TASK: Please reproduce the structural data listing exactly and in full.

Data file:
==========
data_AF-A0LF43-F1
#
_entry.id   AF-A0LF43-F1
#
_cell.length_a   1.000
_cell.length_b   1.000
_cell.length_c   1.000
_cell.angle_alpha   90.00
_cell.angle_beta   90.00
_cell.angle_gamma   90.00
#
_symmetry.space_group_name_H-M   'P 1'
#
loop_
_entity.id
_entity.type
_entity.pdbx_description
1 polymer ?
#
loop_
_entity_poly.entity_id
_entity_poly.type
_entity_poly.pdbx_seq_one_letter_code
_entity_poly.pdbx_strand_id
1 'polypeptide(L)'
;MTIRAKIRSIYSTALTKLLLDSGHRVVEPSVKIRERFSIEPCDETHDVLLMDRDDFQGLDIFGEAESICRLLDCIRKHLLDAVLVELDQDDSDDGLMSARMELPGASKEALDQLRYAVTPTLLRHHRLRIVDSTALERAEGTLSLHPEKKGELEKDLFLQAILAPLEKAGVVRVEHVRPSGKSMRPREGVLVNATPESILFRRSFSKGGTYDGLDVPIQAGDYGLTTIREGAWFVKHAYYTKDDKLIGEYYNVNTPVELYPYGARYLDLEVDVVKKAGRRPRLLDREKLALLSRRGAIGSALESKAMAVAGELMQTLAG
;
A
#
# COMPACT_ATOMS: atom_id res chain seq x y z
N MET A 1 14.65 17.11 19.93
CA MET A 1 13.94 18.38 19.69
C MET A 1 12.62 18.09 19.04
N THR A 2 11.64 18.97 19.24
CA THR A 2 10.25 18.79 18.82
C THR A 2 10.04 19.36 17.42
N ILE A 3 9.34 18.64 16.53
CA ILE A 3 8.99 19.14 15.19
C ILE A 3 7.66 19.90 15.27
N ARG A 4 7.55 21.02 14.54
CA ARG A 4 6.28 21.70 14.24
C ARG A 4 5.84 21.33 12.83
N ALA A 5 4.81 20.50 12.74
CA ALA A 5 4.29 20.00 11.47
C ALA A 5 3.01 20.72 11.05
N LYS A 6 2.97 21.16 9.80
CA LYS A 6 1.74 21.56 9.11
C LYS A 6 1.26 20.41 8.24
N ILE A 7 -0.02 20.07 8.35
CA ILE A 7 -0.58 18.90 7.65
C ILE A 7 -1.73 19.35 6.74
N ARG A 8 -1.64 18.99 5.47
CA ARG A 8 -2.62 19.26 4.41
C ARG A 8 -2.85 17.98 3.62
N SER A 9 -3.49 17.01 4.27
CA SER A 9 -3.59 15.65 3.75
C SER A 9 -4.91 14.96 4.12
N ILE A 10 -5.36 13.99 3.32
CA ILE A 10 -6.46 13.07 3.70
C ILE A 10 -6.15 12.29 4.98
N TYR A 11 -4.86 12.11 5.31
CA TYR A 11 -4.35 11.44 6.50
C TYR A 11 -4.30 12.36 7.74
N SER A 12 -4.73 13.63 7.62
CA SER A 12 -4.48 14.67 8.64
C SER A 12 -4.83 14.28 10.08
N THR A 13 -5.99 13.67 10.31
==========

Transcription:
data_AF-A0LF43-F1
#
_entry.id   AF-A0LF43-F1
#
_cell.length_a   1.000
_cell.length_b   1.000
_cell.length_c   1.000
_cell.angle_alpha   90.00
_cell.angle_beta   90.00
_cell.angle_gamma   90.00
#
_symmetry.space_group_name_H-M   'P 1'
#
loop_
_entity.id
_entity.type
_entity.pdbx_description
1 polymer ?
#
loop_
_entity_poly.entity_id
_entity_poly.type
_entity_poly.pdbx_seq_one_letter_code
_entity_poly.pdbx_strand_id
1 'polypeptide(L)'
;MTIRAKIRSIYSTALTKLLLDSGHRVVEPSVKIRERFSIEPCDETHDVLLMDRDDFQGLDIFGEAESICRLLDCIRKHLLDAVLVELDQDDSDDGLMSARMELPGASKEALDQLRYAVTPTLLRHHRLRIVDSTALERAEGTLSLHPEKKGELEKDLFLQAILAPLEKAGVVRVEHVRPSGKSMRPREGVLVNATPESILFRRSFSKGGTYDGLDVPIQAGDYGLTTIREGAWFVKHAYYTKDDKLIGEYYNVNTPVELYPYGARYLDLEVDVVKKAGRRPRLLDREKLALLSRRGAIGSALESKAMAVAGELMQTLAG
;
A
#
# COMPACT_ATOMS: atom_id res chain seq x y z
N MET A 1 14.65 17.11 19.93
CA MET A 1 13.94 18.38 19.69
C MET A 1 12.62 18.09 19.04
N THR A 2 11.64 18.97 19.24
CA THR A 2 10.25 18.79 18.82
C THR A 2 10.04 19.36 17.42
N ILE A 3 9.34 18.64 16.53
CA ILE A 3 8.99 19.14 15.19
C ILE A 3 7.66 19.90 15.27
N ARG A 4 7.55 21.02 14.54
CA ARG A 4 6.28 21.70 14.24
C ARG A 4 5.84 21.33 12.83
N ALA A 5 4.81 20.50 12.74
CA ALA A 5 4.29 20.00 11.47
C ALA A 5 3.01 20.72 11.05
N LYS A 6 2.97 21.16 9.80
CA LYS A 6 1.74 21.56 9.11
C LYS A 6 1.26 20.41 8.24
N ILE A 7 -0.02 20.07 8.35
CA ILE A 7 -0.58 18.90 7.65
C ILE A 7 -1.73 19.35 6.74
N ARG A 8 -1.64 18.99 5.47
CA ARG A 8 -2.62 19.26 4.41
C ARG A 8 -2.85 17.98 3.62
N SER A 9 -3.49 17.01 4.27
CA SER A 9 -3.59 15.65 3.75
C SER A 9 -4.91 14.96 4.12
N ILE A 10 -5.36 13.99 3.32
CA ILE A 10 -6.46 13.07 3.70
C ILE A 10 -6.15 12.29 4.98
N TYR A 11 -4.86 12.11 5.31
CA TYR A 11 -4.35 11.44 6.50
C TYR A 11 -4.30 12.36 7.74
N SER A 12 -4.73 13.63 7.62
CA SER A 12 -4.48 14.67 8.64
C SER A 12 -4.83 14.28 10.08
N THR A 13 -5.99 13.67 10.31